tanks, artillery, and other weapons that the superpowers use.


A second constraint is even more severe. A superpower can only ship
weapons to a country through contiguous allies in which it has stationed
troops. For Example, you must have troops in Honduras or Panama to ship
weapons to the contras in Nicaragua. The quantity of weapons that can be
shipped is dependent on the number of troops so stationed. After all, why
should a small country risk all the trouble associated with weapons shipments 
if it doesn't have guarantees of protection? However, a superpower
can always leak a small amount of weaponry into any country in the world;
borders aren't airtight.


The most sincere form of assistance is direct intervention. This means
that you send part of your own army into that country to help the rebels
overthrow the government. You are limited in much the same way as with
military aid to insurgencies. A superpower must have troops in a contiguous 
country before it can send troops to intervene in a civil war;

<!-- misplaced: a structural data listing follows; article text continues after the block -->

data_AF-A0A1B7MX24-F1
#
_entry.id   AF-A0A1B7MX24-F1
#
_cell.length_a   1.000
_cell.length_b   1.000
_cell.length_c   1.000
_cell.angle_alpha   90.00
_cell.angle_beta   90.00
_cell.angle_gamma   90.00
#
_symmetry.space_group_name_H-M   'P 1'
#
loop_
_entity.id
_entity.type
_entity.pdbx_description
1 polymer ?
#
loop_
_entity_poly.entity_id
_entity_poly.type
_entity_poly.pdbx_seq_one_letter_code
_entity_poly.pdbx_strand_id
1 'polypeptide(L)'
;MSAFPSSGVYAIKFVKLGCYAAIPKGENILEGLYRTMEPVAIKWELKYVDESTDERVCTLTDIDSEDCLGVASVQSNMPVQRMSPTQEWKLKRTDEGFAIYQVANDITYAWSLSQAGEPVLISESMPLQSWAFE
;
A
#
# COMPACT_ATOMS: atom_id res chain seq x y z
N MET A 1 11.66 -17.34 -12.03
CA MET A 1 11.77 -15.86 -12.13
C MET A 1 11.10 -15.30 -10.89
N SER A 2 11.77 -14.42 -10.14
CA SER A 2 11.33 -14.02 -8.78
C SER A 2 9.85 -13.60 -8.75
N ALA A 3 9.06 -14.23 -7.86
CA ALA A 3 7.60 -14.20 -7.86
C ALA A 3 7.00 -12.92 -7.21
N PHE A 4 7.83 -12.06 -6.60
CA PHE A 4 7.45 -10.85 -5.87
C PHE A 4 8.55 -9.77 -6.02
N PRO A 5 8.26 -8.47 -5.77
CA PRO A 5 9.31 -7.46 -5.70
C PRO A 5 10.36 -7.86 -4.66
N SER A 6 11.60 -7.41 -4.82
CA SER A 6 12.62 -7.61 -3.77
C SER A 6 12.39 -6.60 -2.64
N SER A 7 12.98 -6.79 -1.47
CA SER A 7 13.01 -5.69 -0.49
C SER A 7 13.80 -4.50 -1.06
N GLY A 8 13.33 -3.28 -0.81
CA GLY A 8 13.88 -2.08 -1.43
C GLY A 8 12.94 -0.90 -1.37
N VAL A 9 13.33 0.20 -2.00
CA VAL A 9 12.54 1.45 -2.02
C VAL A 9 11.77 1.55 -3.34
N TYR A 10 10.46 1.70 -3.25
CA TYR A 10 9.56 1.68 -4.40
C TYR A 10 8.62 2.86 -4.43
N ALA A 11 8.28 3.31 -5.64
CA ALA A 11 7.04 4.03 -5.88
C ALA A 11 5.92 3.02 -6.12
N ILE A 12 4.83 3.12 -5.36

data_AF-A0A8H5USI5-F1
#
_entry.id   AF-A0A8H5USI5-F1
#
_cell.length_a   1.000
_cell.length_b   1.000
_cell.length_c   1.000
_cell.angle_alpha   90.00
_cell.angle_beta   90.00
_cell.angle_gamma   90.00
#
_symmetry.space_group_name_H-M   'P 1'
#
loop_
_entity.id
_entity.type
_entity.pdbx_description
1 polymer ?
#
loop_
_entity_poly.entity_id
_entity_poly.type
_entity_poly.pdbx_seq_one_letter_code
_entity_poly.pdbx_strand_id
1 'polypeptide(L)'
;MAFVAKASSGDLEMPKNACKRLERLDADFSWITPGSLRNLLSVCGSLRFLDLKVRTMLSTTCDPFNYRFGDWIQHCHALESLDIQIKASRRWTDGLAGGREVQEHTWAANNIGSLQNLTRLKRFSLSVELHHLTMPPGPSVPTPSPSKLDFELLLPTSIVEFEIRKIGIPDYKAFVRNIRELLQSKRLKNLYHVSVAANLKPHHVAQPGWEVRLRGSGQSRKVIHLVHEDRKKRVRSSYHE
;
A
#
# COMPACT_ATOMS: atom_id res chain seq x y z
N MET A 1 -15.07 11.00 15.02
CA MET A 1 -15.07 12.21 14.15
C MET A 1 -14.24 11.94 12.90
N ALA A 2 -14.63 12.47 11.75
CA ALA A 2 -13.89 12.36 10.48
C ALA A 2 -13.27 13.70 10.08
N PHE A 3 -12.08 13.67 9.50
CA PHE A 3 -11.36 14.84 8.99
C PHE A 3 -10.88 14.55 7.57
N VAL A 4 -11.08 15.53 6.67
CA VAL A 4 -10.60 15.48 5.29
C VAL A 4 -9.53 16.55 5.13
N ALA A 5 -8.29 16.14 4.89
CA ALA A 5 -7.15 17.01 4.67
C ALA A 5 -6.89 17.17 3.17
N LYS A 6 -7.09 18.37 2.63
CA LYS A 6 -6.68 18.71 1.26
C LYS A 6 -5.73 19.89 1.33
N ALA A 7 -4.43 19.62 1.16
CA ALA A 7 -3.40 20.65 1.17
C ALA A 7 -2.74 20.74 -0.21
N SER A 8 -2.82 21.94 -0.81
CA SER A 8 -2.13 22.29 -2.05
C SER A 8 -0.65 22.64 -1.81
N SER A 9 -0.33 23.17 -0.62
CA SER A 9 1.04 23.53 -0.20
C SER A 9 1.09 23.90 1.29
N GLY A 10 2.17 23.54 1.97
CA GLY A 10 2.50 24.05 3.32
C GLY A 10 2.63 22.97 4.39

the number of troops that can intervene is always less than or equal to
the number of troops stationed in the contiguous country. However, both
the USA and the USSR have the equivalent of 5,000 marines that can be
sent anywhere in the globe in violation of the contiguity requirement.


When you do send troops, you must realize that your American soldiers
will end up fighting anybody else there. If there are Soviet troops
fighting on the side of the government and American troops fighting on the 
side of the rebels, then you're going to get Americans shipped home with
Russian bullets in them, and vice versa. Such a direct confrontation is
not conducive to world peace. The world diplomatic climate will disintegrate 
very quickly if this happens, so be careful about where you send in the Marines.


Once you enter a policy, it remains in place until it is revoked.
Thus, if you send military aid, it will be automatically renewed each
year. Thus, if you choose to send $10 million in aid, and additional $10
million will be sent every year until you change the policy.


Defensive Strategy

The defensive side of your game requires you to protect your friends from
insurgency. There are tow direct ways to do this: Aid to Government and
Intervene for Government. These directly correspond to the options available for insurgencies, except, of course, that the action is taken in
favor of the government. The restrictions on this action are somewhat
different. For example, insurgents are eager to take all the weaponry
they can handle. Not so a government. Every government in the world knows
that help from superpowers always seems to come with sticky strings attached.